Noon Position: 48 29S 26 12E
Sail: Main and working jib full
Sky: FOG. Can see maybe 30 feet past the bow.
Cabin Temp: 51
Water Temp: 39
Miles last 24-hours: 144
Longitude Miles Made Good: 138
Miles since departure: 11,845
On deck this morning, another sprinkling of critters, maybe fifty from bow to stern. Mo ran all night with wind on the quarter and then the beam and took a fair bit of water over the cabin, which deposited these shrimps liberally over the boat’s supposedly non-wetted surfaces. As a measure of how high the spray got–I found one stuck at arms length up the working jib. Like being shot from a cannon and ending up stuck to the top of the circus tent.
This afternoon I got out the macro lense and was amazed at the detail. A body and appendages that could be made of spun glass they are so clear and delicate. Big, black but blank eyes that appear to be designed to distinguish one thing–light concentrations. And overall, more the body form of a grasshopper than a shrimp.
What are they? Why are we seeing them here, on the Atlantic side, and not on the Pacific? What do they eat and who eats them?
Species distribution is interesting to contemplate. Why is the Albatross prevalent here and not in the northern part of the south Pacific or anywhere in the Atlantic? Likely because the wind is here and these waters produce more food. Too far north and a gliding bird runs into the Horse Latitudes, where it would be reduced to paddling like a duck and dunking for flying fish.
But the flying fish, for example, is a different matter. Why is it limited mostly to the tropics and not here and why is this shrimp not there?
Lacking access to facts, the contemplation typically ends right about there.
Tactics. We carried on to the east until 10am, and I thought maybe we’d skirted the area of calm in the forecast altogether. I smiled. Lucky us. But then the wind began to veer itself in that direction and drop right away, and it was decision time again.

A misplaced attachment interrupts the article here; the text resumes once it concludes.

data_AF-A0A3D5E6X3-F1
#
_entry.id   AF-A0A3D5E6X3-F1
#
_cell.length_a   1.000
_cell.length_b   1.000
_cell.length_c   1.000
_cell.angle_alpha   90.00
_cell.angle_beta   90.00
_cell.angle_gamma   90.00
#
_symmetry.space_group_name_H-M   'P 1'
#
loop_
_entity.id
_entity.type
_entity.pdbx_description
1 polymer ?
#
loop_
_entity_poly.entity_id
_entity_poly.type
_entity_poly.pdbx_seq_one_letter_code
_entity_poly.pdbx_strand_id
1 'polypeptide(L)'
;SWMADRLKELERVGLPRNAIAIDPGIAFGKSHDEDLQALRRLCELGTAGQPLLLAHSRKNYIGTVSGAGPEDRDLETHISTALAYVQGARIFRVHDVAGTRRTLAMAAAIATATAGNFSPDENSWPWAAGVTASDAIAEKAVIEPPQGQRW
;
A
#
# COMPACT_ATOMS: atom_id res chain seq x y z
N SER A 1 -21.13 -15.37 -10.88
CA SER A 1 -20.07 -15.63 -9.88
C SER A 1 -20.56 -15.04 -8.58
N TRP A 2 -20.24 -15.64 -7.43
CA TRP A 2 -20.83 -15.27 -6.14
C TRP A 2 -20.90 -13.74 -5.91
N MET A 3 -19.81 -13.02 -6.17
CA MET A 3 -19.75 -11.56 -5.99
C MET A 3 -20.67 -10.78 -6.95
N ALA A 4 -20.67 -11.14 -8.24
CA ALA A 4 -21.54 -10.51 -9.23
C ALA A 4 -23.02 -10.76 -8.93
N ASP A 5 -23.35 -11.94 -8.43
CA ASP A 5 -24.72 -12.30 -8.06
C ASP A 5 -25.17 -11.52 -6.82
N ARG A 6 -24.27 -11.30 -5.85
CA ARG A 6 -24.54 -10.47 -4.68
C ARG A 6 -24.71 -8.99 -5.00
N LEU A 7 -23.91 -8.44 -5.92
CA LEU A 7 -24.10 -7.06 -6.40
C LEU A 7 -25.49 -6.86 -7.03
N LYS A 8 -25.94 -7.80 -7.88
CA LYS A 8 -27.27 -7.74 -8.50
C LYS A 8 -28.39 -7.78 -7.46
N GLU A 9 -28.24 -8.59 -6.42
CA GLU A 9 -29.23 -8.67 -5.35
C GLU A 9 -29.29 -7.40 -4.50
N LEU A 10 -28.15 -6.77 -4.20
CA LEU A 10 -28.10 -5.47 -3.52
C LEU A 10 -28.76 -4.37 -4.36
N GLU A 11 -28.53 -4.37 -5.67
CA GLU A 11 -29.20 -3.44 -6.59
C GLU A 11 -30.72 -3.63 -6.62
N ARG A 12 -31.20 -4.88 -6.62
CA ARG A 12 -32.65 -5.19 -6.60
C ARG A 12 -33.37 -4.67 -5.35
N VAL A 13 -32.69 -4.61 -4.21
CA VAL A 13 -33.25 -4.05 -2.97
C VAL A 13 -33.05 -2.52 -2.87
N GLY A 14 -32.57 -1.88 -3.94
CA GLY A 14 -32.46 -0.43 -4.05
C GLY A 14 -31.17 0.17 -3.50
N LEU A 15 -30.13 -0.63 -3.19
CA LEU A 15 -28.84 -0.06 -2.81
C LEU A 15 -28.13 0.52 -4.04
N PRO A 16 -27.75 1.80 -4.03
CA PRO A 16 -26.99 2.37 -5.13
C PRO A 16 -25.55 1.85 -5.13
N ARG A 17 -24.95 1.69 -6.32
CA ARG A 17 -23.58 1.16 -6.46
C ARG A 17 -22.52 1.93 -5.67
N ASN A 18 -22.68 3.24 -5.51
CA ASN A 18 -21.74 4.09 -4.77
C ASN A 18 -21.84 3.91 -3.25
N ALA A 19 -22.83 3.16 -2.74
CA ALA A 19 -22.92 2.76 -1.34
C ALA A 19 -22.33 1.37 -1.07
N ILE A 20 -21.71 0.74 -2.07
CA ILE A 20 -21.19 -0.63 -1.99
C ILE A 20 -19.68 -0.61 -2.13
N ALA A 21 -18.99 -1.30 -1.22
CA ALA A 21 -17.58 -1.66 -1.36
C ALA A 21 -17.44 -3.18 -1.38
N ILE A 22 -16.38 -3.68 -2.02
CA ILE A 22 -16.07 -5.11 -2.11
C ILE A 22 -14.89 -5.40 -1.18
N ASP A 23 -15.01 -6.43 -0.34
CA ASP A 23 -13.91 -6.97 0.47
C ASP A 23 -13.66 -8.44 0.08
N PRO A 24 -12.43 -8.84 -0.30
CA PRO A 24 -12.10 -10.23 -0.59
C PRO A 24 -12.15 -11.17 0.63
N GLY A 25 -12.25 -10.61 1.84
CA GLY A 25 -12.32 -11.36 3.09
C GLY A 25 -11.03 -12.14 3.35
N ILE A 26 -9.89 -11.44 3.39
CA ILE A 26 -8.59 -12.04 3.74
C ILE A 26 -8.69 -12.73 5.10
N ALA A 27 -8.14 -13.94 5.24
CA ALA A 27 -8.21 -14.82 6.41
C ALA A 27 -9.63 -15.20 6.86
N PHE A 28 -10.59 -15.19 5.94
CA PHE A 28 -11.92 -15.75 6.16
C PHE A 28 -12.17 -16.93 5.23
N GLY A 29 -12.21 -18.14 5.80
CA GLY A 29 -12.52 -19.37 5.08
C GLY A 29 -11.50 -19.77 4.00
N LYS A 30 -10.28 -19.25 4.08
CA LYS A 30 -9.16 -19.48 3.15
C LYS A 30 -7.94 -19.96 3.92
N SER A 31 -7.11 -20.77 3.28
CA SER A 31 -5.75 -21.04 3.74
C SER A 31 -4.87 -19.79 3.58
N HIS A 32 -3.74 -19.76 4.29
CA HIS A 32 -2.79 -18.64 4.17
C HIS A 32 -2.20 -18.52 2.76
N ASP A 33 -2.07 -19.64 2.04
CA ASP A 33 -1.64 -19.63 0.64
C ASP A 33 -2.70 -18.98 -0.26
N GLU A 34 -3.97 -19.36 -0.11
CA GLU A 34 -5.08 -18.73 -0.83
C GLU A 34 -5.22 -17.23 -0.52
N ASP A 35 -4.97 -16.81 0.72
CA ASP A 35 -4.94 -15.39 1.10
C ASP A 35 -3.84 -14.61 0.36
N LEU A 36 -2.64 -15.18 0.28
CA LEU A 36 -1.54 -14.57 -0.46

One thing singlehanding provides is a wealth of decision-making opportunities and an unambiguous delegation-of-responsibility flow chart.
After poling the various stakeholders and checking-in with the board, I’ve decided to break with protocol and make the decision myself. I’ve chosen to follow the wind down and down until it comes back at first into the north and then northwest starting tonight.
Was that the right decision, asks a still small voice. We’re almost to 49S now.
My sense of increasing vulnerability the further south we get to one side, the weather forecast for the next week shows very similar wind velocities between 47S and 50S and plenty of opportunity to work north later in the week.
But shouldn’t we tack north now, says the voice. The wind will veer sooner to our favor up there.
No. See that swell from the north. The moment we come about, we’re nose into it. We’ll go nowhere with 10 knots of wind true.
But what if the wind goes due east; should we tack around then?
Worry about that if it happens.
As I type wind has backed from 80 degrees true to 50 degrees true. Let’s hope that’s the sign the change is coming.
Opened my first jar of Branson Pickle today, a delicacy first discovered aboard Arctic Tern, on which I was crewing the Northwest Passage in 2014. Thanks to Les and Ali Parsons for the introduction and for teaching me to bake bread on a boat.
Ate the last San Francisco orange today. Brought aboard on October 28, 2017 and still delicious.
This article was syndicated from The Figure 8 Voyage